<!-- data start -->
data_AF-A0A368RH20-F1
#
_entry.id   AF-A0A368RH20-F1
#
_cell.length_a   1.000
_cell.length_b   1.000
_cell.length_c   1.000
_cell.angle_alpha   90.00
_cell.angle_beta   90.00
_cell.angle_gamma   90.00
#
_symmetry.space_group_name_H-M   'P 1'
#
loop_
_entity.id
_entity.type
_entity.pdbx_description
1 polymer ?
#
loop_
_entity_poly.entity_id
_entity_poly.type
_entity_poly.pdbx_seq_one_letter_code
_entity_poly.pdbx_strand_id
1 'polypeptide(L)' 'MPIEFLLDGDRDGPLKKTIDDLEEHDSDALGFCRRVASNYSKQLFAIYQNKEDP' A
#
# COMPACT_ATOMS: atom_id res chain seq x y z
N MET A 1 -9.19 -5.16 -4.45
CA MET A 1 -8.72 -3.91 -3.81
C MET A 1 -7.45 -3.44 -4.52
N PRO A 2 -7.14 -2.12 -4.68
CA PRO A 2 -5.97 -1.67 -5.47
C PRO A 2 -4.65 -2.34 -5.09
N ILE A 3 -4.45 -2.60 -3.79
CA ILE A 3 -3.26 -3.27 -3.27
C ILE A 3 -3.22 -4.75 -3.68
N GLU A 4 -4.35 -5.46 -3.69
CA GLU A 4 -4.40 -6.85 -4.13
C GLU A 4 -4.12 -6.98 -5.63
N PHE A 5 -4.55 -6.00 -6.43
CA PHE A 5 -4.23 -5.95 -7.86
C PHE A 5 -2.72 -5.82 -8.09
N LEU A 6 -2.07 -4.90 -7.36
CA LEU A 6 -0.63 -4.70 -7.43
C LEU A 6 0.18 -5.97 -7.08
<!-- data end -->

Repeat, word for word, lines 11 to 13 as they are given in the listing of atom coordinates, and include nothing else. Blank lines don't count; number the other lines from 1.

#
_symmetry.space_group_name_H-M   'P 1'
#